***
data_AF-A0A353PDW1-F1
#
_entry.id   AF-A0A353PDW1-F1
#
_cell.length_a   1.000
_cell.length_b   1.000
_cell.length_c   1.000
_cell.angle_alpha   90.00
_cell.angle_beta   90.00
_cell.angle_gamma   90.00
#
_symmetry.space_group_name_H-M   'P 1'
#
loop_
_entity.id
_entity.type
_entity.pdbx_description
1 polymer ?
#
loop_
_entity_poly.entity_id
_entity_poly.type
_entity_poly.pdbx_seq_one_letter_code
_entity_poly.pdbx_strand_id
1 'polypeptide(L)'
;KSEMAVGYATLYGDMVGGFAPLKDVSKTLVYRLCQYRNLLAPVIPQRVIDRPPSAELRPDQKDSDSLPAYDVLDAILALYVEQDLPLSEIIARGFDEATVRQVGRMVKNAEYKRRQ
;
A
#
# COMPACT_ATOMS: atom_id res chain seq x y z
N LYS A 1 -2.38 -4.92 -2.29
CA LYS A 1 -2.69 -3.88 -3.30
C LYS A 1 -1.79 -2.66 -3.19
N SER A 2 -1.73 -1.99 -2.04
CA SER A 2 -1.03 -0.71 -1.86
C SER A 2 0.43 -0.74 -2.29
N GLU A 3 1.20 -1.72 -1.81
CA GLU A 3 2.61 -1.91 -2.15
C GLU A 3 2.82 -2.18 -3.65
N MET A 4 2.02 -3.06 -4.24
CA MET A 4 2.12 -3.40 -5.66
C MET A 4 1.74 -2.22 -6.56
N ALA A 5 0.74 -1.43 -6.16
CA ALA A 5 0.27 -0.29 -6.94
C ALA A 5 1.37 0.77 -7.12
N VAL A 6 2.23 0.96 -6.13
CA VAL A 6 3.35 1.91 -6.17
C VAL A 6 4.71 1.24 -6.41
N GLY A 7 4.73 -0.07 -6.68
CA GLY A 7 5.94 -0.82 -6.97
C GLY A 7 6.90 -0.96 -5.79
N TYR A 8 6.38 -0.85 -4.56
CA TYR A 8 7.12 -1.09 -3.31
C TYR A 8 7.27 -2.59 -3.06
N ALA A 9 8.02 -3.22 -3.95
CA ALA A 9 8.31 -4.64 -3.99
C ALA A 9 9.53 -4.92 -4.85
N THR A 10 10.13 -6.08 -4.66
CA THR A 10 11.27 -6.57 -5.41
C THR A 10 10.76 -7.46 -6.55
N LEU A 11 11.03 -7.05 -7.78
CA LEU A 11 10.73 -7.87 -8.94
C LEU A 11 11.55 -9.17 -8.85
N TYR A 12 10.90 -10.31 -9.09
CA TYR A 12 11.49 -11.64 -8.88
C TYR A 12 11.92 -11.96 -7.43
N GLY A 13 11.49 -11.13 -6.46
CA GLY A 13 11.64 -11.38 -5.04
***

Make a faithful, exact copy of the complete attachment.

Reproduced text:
data_AF-A0A353PDW1-F1
#
_entry.id   AF-A0A353PDW1-F1
#
_cell.length_a   1.000
_cell.length_b   1.000
_cell.length_c   1.000
_cell.angle_alpha   90.00
_cell.angle_beta   90.00
_cell.angle_gamma   90.00
#
_symmetry.space_group_name_H-M   'P 1'
#
loop_
_entity.id
_entity.type
_entity.pdbx_description
1 polymer ?
#
loop_
_entity_poly.entity_id
_entity_poly.type
_entity_poly.pdbx_seq_one_letter_code
_entity_poly.pdbx_strand_id
1 'polypeptide(L)'
;KSEMAVGYATLYGDMVGGFAPLKDVSKTLVYRLCQYRNLLAPVIPQRVIDRPPSAELRPDQKDSDSLPAYDVLDAILALYVEQDLPLSEIIARGFDEATVRQVGRMVKNAEYKRRQ
;
A
#
# COMPACT_ATOMS: atom_id res chain seq x y z
N LYS A 1 -2.38 -4.92 -2.29
CA LYS A 1 -2.69 -3.88 -3.30
C LYS A 1 -1.79 -2.66 -3.19
N SER A 2 -1.73 -1.99 -2.04
CA SER A 2 -1.03 -0.71 -1.86
C SER A 2 0.43 -0.74 -2.29
N GLU A 3 1.20 -1.72 -1.81
CA GLU A 3 2.61 -1.91 -2.15
C GLU A 3 2.82 -2.18 -3.65
N MET A 4 2.02 -3.06 -4.24
CA MET A 4 2.12 -3.40 -5.66
C MET A 4 1.74 -2.22 -6.56
N ALA A 5 0.74 -1.43 -6.16
CA ALA A 5 0.27 -0.29 -6.94
C ALA A 5 1.37 0.77 -7.12
N VAL A 6 2.23 0.96 -6.13
CA VAL A 6 3.35 1.91 -6.17
C VAL A 6 4.71 1.24 -6.41
N GLY A 7 4.73 -0.07 -6.68
CA GLY A 7 5.94 -0.82 -6.97
C GLY A 7 6.90 -0.96 -5.79
N TYR A 8 6.38 -0.85 -4.56
CA TYR A 8 7.12 -1.09 -3.31
C TYR A 8 7.27 -2.59 -3.06
N ALA A 9 8.02 -3.22 -3.95
CA ALA A 9 8.31 -4.64 -3.99
C ALA A 9 9.53 -4.92 -4.85
N THR A 10 10.13 -6.08 -4.66
CA THR A 10 11.27 -6.57 -5.41
C THR A 10 10.76 -7.46 -6.55
N LEU A 11 11.03 -7.05 -7.78
CA LEU A 11 10.73 -7.87 -8.94
C LEU A 11 11.55 -9.17 -8.85
N TYR A 12 10.90 -10.31 -9.09
CA TYR A 12 11.49 -11.64 -8.88
C TYR A 12 11.92 -11.96 -7.43
N GLY A 13 11.49 -11.13 -6.46
CA GLY A 13 11.64 -11.38 -5.04